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    Voyager 1

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    The primary mission of Voyager 1 was a flyby of Jupiter, Saturn and Saturn’s moon of Titan. In 1979 Voyager began its observation of Jupiter. At Jupiter, Voyager 1 discovered that the moon IO was volcanically active . This was a huge discovery as this was the first active volcano outside of the planet Earth. Ultimately Voyager 1 helped discover 71 active volcanos on this moon of Jupiter. The next stop for Voyager 1 was Saturn in 1980. The probe was targeted to keep farther away from Saturn’s rings the Voyager 2 but was set to get about 4,000 miles away from the moon Titan. Titan was found to have an atmosphere much like Earth’s early atmosphere. The probe did not get to see the surface of Titan as the atmosphere was too thick to penetrate. In the Winter of 1980 Voyager 1 had finished its primary mission and began its trek to interstellar space. It wasn’t until summer 2012 that it exited the heliosheath and entered interstellar…

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    Essay On Voyager 1

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    Humans know a lot about space from years of research and scientific discovery, but there is still a lot that is unknown. Our human curiosity and ambition has combined over the years to advance our pursuit the discovery of new astronomical findings. One such ongoing effort is the Voyager Program. Two space probes, Voyager 1 and Voyager 2, were launched in the late 1970s to collect data about our solar system. Voyager 2 was launched from the Kennedy Space Center on August 20, 1977. Voyager 1 was…

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    Explorer 1 Essay

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    the first satellite to be solar-powered. They created the Vanguard 1, the first part of the Vanguard Project. Although communication with the satellite was lost in 1964, it remains the oldest artificial satellite still orbiting the Earth and the oldest piece of debris orbiting Earth. It was designed to test the effects of the environment on a satellite and its systems in Earth orbit. After Vanguard 1 turned out to succeed they created the Explorer 3, the third satellite in the Explorer Program.…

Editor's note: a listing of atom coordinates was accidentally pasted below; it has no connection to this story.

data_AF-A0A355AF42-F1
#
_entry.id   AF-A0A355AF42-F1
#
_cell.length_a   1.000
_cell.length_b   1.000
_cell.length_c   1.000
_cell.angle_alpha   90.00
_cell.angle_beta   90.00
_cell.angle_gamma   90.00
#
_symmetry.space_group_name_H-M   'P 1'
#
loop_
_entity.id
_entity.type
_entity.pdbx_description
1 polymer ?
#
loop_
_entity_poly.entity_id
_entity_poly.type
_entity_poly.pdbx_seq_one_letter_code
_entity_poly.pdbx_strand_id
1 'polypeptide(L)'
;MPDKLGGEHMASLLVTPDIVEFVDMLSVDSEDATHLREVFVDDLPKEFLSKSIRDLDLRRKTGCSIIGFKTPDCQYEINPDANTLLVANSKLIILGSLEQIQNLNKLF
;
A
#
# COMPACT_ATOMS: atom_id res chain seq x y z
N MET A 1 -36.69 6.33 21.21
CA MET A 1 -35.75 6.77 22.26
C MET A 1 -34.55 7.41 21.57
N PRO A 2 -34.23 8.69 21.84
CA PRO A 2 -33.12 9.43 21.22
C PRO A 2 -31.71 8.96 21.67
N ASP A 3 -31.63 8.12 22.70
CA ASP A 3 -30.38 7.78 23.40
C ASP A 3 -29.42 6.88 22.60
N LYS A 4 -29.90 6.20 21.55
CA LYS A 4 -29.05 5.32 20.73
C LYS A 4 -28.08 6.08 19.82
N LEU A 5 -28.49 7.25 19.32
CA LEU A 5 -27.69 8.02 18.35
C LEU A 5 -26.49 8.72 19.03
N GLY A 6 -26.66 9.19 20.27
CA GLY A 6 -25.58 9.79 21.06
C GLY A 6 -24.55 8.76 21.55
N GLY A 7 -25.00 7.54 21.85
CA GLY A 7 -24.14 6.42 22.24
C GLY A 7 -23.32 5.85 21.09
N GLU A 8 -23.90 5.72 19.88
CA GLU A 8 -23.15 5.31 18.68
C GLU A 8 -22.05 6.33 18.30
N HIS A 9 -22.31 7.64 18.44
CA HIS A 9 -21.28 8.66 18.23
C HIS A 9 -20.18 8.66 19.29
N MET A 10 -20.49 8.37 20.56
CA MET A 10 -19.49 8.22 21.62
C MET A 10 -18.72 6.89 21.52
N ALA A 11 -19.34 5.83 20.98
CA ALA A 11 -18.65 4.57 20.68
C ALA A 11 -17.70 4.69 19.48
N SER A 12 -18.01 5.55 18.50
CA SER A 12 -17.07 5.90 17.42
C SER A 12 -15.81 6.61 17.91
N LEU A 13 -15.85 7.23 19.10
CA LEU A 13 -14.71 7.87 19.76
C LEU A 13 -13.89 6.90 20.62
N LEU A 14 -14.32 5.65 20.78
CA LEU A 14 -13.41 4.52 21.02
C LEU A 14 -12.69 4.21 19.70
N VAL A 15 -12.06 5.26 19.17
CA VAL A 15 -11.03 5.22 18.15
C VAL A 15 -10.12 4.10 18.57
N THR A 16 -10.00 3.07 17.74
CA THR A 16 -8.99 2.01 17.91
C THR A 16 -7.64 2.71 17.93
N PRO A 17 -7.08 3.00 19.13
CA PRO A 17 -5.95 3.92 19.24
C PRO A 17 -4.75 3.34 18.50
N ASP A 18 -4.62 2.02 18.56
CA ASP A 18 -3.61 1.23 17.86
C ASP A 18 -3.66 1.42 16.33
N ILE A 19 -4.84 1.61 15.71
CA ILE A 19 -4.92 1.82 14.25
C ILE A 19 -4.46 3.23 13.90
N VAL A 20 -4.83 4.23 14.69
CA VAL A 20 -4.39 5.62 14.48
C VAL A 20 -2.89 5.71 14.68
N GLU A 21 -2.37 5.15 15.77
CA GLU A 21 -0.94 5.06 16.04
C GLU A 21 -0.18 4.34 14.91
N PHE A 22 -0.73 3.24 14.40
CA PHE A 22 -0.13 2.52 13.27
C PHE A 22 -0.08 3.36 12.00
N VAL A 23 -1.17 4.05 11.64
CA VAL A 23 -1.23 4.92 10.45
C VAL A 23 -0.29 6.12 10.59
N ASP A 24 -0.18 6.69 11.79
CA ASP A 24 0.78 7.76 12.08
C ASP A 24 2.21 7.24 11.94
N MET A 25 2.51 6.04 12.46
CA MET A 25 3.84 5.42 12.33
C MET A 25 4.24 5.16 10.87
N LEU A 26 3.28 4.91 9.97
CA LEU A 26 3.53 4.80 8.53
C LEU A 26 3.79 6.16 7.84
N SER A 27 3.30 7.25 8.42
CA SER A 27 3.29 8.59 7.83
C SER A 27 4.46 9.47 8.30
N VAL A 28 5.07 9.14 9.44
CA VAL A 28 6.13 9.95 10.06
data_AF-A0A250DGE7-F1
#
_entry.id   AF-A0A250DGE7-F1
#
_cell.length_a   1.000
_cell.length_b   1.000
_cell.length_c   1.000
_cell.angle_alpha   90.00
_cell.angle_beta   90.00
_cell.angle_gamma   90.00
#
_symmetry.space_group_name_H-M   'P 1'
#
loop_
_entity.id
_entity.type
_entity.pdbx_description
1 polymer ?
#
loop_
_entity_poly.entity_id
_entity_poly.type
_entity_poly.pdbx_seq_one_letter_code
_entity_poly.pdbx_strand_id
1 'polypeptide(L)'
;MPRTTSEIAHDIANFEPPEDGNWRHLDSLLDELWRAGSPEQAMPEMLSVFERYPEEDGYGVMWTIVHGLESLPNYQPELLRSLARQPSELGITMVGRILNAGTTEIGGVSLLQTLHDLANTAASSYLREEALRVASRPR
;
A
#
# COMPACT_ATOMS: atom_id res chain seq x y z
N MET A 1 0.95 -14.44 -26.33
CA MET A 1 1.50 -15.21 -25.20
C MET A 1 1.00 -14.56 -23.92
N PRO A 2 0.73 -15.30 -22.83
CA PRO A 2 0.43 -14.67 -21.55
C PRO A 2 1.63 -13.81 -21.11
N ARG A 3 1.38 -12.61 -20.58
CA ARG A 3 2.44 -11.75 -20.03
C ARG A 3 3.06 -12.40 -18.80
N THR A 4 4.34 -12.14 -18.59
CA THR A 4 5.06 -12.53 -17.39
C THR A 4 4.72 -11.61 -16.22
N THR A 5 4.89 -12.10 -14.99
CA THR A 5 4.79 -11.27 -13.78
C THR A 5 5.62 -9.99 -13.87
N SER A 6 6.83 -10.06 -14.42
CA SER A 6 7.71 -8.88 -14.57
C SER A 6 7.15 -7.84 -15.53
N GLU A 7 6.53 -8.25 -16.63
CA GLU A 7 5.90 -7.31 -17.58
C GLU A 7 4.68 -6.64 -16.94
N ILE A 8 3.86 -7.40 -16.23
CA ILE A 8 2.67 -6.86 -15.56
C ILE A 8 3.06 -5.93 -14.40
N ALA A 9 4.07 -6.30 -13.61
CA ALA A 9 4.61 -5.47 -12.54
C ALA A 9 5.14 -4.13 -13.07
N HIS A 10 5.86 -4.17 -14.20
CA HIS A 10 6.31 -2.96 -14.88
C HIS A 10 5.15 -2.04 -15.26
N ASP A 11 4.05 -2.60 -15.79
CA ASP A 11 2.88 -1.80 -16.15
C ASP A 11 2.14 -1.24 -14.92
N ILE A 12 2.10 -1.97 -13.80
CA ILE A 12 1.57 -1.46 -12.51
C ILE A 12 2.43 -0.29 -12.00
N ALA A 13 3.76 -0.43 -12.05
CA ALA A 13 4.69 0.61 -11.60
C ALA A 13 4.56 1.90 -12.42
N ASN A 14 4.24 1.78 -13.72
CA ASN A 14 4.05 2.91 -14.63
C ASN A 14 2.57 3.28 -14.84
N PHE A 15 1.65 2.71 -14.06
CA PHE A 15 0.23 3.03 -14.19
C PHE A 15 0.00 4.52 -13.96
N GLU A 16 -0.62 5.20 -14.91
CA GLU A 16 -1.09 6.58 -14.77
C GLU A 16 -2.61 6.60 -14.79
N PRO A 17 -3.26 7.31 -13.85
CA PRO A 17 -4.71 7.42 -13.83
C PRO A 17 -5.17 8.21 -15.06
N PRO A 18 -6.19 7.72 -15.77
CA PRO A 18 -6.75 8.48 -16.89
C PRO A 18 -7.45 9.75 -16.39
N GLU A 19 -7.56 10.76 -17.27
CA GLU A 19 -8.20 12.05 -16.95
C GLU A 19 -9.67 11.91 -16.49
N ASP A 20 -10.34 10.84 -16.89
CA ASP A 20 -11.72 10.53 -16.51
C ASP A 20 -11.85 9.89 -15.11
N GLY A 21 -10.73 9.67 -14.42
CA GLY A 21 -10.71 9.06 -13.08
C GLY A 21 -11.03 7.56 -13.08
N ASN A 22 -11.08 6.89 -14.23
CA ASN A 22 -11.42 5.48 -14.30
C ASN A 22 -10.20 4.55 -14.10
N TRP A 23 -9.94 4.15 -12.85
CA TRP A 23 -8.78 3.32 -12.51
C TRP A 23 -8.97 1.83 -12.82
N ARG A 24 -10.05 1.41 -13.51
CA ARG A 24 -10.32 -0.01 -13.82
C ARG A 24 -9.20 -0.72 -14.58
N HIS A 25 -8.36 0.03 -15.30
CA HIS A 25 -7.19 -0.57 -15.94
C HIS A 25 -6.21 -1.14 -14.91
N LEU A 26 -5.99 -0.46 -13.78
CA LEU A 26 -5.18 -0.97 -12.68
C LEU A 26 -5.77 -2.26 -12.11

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    Alpha 1 Research Paper

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    Alpha 1-Antitrypsin Deficiency Alpha-1 antitrypsin deficiency is caused by mutations in the serpina1 gene on chromosome 14. The serpina1 gene codes for the Alpha-1 antitrypsin (AAT) enzyme which is a protein that protects the lungs, and is made in the liver.This deficiency occurs when there is a lack of a protein in the blood called alpha-1 antitrypsin. Without the protection of this protein, the lungs are more sepetable to be attacked by neutrophil elastase. Neutrophil elastase is an enzyme…

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    Paul’s final call of the church in Colossians 3:1-15 is witnessed in Colossians 3:14-15 which reads, “And above all these, put on love, which binds everything together in perfect harmony. And let the peace of Christ rule in your hearts, to which indeed you were called in one body. And be thankful.” Both love and thankfulness, but especially love, are some of Christ’s most prominent characteristics. 1 John 4:19 states, “We love because he first loved us.” (ESV 1 John 4:19) Again, we are taught to…